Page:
Universal Life Church

Teen Reading in LibraryOn March 2, schools across America celebrate Dr. Seuss’ birthday by reading. If you need help discussing diversity and religion with your child, check out these great books that you can read together and start talking about spirituality, God and your own beliefs.

“One World, Many Religions”

Mary Pope Osborne, author of the Magic Tree House series, wrote this book that explains seven of the world’s major religions. It’s written for middle grade readers, but younger children could definitely learn from the book, as it has plenty of full-color pictures. You’ll explore how Christianity, Judaism, Buddhism and Islam affected history, art, music and more.

“The Way to Start the Day”

This preschool picture book is illustrated by Peter Parnall, an award-winning artist that does exquisite work. Byrd Baylor wrote the prose that tells children about other ways of starting the day. It talks about the different rituals from past and present.

“Godless”

Young adult author Pete Hautman wrote this book about creating a new faith. The protagonist is an agnostic who is tired of his parents’ dry religion. As he creates his own faith, with a water tower as god, he has to face questions about control, worship and faithfulness. Inventing the religion is easy, but controlling it is difficult.

“Does My Head Look Big in This?”

A female Muslim heroine decides to wear a hijab. Everyone in her circle, from her parents, friends and random people on the street seems to have a reaction. She has to deal with prejudice and taunts, all while trying to be cool at school. Ramda Abdel-Fattah adds humor to this serious subject of being faithful while looking different.

“Celebrating Harvest”

This preschool picture book from Ruth Nason takes children from harvesting fruits and vegetables to explaining why some people give thanks to God. It’s part of a bigger series, “Start Up Religion,” that can help explain concepts of faith to children.

“Ethics for the New Millennium”

The Dalia Lama wrote this book, which he asserts “is not a religious book.” He takes a universal approach to ethics, rather than a religious approach. Although it might not be suitable for younger children, it can certainly give parents some interesting advice for helping children find a moral compass. He wrote it for Christians, Jews, Buddhists, Muslims and atheists to have a more fulfilling life.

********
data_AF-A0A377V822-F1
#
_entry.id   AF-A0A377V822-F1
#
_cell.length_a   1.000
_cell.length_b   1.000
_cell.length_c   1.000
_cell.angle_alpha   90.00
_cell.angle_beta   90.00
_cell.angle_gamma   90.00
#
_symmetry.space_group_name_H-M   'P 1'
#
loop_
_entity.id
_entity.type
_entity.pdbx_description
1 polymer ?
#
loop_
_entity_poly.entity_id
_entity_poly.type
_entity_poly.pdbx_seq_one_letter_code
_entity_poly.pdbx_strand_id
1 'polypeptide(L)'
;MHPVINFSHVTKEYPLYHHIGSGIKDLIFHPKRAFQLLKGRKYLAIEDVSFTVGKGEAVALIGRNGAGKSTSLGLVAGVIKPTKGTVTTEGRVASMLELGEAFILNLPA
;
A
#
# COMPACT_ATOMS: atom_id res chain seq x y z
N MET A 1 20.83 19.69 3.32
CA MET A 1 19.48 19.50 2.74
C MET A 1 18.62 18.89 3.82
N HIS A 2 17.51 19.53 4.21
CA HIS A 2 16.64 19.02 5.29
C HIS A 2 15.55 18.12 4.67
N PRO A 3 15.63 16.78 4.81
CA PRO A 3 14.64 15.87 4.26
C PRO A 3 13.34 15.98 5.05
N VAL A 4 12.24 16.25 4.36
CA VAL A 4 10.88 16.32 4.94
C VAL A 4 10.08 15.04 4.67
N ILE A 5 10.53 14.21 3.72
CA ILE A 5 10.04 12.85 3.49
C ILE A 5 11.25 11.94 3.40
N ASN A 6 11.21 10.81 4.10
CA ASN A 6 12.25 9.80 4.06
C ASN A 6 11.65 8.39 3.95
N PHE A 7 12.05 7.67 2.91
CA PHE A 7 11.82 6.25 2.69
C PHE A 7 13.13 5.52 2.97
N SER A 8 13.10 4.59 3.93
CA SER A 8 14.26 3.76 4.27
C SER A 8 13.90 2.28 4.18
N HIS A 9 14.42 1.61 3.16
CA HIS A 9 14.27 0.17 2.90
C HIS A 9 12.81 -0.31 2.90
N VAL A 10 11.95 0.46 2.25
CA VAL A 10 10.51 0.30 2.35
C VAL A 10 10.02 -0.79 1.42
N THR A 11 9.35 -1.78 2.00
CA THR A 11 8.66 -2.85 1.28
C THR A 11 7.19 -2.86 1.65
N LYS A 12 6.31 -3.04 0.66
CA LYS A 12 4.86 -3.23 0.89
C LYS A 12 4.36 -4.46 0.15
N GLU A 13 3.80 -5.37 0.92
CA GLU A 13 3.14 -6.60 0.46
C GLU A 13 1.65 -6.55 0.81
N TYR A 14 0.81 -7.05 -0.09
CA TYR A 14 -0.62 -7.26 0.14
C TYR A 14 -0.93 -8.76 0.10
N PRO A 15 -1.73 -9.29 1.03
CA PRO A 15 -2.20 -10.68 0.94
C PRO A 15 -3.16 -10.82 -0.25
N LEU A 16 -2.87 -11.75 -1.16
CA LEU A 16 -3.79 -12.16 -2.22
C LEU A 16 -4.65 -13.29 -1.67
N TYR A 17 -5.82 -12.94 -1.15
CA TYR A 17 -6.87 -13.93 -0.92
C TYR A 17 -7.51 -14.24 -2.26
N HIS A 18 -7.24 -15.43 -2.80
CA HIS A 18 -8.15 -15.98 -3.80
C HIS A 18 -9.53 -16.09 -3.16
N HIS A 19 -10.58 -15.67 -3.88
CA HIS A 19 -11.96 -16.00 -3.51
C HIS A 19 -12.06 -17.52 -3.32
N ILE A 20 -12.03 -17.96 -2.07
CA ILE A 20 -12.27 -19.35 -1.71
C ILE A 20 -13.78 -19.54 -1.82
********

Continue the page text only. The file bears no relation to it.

“The Little Prince”

Antoine de Saint-Exupéry penned this poetic novella in 1943, and it’s been translated into over 200 languages. The plot is simple. A pilot who is stranded in the desert meets a prince from a tiny asteroid. Although it is a children’s book, it makes several deep philosophical observations about the adult world. The messages in the story will resonate with everyone in your family.

“Are You There God? It’s Me, Margaret.”

This Judy Blume classic, first published in 1970, is still relevant today. A sixth-grade girl questions her religious affiliation as she enters puberty. It’s a frank discussion of religious topics, as well as sexual ones. Blume asks hard questions through her characters, but she doesn’t evade the answers either. It could really open the door to some interesting discussions with your teenagers.  

“What Is God?”

Etan Boritzer explains some of the historical concepts of God through different religious views. He celebrates the similarities while discussing what religion means and how people worship.

“The Golden Rule”

Ilene Cooper explains where the Golden Rule came from and why it’s important in this book written for young elementary students. A young boy and his grandfather discuss the different variations of the Golden Rule and the implications of everyone practicing it. It’s a cute book that addresses the concept concisely with endearing characters that will leap off the page and help you talk to your children about morals and ethics.

Category: Holidays and Observances, Religion

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